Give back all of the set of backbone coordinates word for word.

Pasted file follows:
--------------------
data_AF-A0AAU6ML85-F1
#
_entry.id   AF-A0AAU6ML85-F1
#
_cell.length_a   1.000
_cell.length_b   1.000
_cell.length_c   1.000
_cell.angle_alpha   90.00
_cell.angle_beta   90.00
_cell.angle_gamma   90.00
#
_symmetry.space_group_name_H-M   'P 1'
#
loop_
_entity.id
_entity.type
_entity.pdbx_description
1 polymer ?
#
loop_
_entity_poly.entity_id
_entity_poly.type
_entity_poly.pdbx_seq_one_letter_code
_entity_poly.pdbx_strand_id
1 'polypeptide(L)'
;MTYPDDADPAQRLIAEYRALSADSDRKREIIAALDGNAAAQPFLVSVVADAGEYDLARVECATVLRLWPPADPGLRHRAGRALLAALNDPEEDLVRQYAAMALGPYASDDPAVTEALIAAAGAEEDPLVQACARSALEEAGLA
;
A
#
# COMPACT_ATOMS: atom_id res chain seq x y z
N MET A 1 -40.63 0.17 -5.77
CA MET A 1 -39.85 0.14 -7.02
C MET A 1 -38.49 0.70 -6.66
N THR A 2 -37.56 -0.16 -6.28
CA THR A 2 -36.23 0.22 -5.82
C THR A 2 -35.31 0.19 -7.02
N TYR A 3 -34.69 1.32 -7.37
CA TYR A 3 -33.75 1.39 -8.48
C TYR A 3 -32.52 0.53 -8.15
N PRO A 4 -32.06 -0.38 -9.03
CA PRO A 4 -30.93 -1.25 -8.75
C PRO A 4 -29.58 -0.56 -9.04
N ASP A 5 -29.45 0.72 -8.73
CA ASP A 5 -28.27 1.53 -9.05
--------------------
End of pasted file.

data_AF-A0AAU6ML85-F1
#
_entry.id   AF-A0AAU6ML85-F1
#
_cell.length_a   1.000
_cell.length_b   1.000
_cell.length_c   1.000
_cell.angle_alpha   90.00
_cell.angle_beta   90.00
_cell.angle_gamma   90.00
#
_symmetry.space_group_name_H-M   'P 1'
#
loop_
_entity.id
_entity.type
_entity.pdbx_description
1 polymer ?
#
loop_
_entity_poly.entity_id
_entity_poly.type
_entity_poly.pdbx_seq_one_letter_code
_entity_poly.pdbx_strand_id
1 'polypeptide(L)'
;MTYPDDADPAQRLIAEYRALSADSDRKREIIAALDGNAAAQPFLVSVVADAGEYDLARVECATVLRLWPPADPGLRHRAGRALLAALNDPEEDLVRQYAAMALGPYASDDPAVTEALIAAAGAEEDPLVQACARSALEEAGLA
;
A
#
# COMPACT_ATOMS: atom_id res chain seq x y z
N MET A 1 -40.63 0.17 -5.77
CA MET A 1 -39.85 0.14 -7.02
C MET A 1 -38.49 0.70 -6.66
N THR A 2 -37.56 -0.16 -6.28
CA THR A 2 -36.23 0.22 -5.82
C THR A 2 -35.31 0.19 -7.02
N TYR A 3 -34.69 1.32 -7.37
CA TYR A 3 -33.75 1.39 -8.48
C TYR A 3 -32.52 0.53 -8.15
N PRO A 4 -32.06 -0.38 -9.03
CA PRO A 4 -30.93 -1.25 -8.75
C PRO A 4 -29.58 -0.56 -9.04
N ASP A 5 -29.45 0.72 -8.73
CA ASP A 5 -28.27 1.53 -9.05